The United Kingdom’s (UK) Department of Energy and Climate Change (DECC) just announced plans for 2016 that will slowly phase out the subsidy programs offered for small solar farms.
In part of this plan, the DECC is also taking a look at their feed in tariff (FIT) program, which seeks to incentivize solar energy rather than charging them for energy use.
According to the BBC, the DECC claims that the solar subsidy cut will protect customers from paying more for solar energy.
The solar industry, however, feels differently, claiming that the subsidies were their means of keeping solar energy affordable for their customers.
One of the key mechanisms that drive subsidies is the Renewables Obligation. The Renewables Obligation is a UK initiative started in 2002 that was designed to encourage and proliferate the use and availability of renewable energy sources within the United Kingdom.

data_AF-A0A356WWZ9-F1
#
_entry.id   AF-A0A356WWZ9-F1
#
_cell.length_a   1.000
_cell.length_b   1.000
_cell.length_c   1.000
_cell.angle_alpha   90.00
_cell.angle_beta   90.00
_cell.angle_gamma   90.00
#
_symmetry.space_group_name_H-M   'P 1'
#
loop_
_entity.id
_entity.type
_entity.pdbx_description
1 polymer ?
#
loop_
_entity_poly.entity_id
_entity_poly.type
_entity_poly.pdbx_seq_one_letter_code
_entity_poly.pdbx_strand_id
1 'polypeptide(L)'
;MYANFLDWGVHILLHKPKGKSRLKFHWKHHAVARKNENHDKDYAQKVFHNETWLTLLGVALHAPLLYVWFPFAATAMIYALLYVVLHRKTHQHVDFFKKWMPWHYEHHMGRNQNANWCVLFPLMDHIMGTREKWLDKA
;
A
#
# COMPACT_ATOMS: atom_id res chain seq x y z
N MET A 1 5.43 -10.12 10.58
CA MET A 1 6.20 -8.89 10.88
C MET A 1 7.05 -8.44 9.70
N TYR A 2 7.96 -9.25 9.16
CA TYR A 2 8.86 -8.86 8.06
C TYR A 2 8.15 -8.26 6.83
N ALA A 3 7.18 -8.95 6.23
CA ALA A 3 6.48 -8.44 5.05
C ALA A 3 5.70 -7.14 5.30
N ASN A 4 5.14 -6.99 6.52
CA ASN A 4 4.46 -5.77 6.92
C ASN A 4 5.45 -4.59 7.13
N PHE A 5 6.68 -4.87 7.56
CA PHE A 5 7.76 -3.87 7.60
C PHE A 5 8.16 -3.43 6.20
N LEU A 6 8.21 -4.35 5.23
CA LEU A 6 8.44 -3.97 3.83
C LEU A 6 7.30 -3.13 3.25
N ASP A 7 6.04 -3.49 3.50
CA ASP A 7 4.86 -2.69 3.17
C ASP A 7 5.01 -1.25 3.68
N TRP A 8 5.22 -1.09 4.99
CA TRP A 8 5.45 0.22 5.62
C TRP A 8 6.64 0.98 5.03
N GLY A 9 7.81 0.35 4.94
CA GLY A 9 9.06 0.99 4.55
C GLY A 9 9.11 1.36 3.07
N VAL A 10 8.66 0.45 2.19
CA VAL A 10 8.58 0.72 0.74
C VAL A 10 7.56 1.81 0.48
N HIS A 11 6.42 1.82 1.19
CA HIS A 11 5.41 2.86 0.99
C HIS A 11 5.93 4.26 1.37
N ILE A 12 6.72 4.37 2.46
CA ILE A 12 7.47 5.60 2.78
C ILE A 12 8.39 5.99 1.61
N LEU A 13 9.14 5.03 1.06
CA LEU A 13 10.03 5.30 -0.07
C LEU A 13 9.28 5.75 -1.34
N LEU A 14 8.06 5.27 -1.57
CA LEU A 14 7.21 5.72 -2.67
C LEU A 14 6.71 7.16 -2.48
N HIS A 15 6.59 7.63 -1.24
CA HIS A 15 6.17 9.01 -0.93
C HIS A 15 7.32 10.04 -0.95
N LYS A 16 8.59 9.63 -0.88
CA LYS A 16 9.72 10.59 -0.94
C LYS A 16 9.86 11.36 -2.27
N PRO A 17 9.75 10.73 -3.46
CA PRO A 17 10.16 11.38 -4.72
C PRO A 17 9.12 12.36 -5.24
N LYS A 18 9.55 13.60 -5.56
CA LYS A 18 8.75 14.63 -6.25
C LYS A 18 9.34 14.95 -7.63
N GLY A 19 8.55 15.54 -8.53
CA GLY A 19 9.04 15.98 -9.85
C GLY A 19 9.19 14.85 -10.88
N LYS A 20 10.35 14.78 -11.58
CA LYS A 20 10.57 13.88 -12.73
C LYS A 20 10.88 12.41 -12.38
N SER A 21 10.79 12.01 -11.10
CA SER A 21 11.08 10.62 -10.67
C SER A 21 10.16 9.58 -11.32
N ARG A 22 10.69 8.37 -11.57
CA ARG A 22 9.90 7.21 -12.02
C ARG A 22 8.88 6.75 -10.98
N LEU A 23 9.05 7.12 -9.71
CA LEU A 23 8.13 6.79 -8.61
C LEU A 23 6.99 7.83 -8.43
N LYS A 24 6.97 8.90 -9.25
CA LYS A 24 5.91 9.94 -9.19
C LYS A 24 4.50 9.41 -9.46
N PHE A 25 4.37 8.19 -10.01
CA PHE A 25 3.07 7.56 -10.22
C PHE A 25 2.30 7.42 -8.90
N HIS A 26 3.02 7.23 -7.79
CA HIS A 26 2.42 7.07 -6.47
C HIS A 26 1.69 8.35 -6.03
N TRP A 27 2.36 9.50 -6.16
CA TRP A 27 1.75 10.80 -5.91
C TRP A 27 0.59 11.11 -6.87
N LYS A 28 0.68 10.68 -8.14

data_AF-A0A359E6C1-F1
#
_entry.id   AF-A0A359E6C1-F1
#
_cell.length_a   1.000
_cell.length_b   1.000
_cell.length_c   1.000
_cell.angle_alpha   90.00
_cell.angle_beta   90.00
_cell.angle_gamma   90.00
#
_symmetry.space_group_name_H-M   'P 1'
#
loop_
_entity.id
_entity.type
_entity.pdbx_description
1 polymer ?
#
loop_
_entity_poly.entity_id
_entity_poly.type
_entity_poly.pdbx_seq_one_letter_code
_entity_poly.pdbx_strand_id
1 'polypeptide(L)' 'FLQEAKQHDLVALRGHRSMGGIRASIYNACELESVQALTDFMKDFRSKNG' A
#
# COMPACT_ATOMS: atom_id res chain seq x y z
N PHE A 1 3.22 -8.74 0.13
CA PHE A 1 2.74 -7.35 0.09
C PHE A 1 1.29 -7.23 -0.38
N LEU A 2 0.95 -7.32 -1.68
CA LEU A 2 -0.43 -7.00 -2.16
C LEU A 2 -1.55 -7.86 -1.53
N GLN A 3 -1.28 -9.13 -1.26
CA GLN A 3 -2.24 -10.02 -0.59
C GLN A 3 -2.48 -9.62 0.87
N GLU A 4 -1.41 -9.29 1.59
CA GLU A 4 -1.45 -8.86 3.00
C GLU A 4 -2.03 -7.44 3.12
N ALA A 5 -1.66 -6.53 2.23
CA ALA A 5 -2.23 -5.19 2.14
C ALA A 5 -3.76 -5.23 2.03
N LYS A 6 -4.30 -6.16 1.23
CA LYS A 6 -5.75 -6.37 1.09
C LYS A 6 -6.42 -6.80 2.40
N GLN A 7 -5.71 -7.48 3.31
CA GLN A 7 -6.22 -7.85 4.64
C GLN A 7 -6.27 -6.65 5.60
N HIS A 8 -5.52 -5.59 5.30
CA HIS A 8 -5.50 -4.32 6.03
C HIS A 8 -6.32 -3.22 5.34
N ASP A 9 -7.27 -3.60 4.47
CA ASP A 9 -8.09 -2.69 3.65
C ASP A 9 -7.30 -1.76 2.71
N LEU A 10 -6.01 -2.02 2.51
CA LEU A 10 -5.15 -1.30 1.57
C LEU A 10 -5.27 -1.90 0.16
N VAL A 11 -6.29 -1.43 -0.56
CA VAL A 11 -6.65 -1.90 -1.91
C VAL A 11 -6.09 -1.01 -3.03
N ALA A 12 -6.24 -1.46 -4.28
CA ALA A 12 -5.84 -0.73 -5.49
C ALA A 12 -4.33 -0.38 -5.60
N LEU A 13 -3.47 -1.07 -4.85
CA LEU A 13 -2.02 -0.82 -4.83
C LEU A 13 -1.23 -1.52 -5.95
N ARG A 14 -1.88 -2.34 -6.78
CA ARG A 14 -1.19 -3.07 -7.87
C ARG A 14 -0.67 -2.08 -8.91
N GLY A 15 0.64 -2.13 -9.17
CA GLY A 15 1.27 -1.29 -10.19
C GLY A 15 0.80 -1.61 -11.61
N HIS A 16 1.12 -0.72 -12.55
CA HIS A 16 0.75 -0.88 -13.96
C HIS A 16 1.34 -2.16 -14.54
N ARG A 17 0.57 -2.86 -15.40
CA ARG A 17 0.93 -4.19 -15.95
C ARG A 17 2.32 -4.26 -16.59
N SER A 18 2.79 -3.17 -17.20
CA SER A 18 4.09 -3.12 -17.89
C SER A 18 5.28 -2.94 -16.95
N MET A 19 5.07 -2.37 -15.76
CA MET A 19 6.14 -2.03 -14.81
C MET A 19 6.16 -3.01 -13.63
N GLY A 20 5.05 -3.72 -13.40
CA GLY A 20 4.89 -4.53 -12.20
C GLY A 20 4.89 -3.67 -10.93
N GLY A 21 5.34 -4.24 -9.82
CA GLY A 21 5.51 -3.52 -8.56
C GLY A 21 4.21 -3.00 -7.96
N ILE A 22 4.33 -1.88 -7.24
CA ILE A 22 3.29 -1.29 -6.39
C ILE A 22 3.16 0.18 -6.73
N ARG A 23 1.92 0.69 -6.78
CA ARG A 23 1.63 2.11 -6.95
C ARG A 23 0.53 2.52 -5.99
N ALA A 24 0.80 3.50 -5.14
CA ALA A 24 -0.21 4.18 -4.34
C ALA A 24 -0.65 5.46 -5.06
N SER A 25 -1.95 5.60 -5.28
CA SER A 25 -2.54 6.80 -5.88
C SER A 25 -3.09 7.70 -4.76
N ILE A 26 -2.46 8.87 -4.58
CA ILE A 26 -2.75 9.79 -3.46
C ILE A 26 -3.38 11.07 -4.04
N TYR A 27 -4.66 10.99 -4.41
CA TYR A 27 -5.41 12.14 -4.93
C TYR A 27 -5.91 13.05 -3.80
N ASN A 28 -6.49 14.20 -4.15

Under the DECC’s new plans, however, small solar farms will no longer apply for this program.
The government attributes to the recent fall of solar energy installation costs.
Due to these lower costs, the DECC feels that the solar energy subsidies are no longer as necessary as they used to be.
Because of this, the DECC feels that it’s time to wean the solar farms off of subsidies entirely.
But what will these changes mean for the future of solar energy in the UK?
Currently, a solar energy system is installed every four minutes.
According to The Guardian if you plan on installing solar panels, you may want to do so before the changes go into effect. If installment takes place before the 30th of September, it’s likely that the customer will receive the previous FIT incentives offered.
For those who already have solar panels installed, not much will change in the foreseeable future; the government announced that they do not plan to cut future payments for another 20-25 years.
According to The Guardian, the UK has over 600,000 homes that are currently powered by solar energy. The government hopes that the DECC’s new changes will only boost these numbers, increasing the use of renewable energy in the United Kingdom.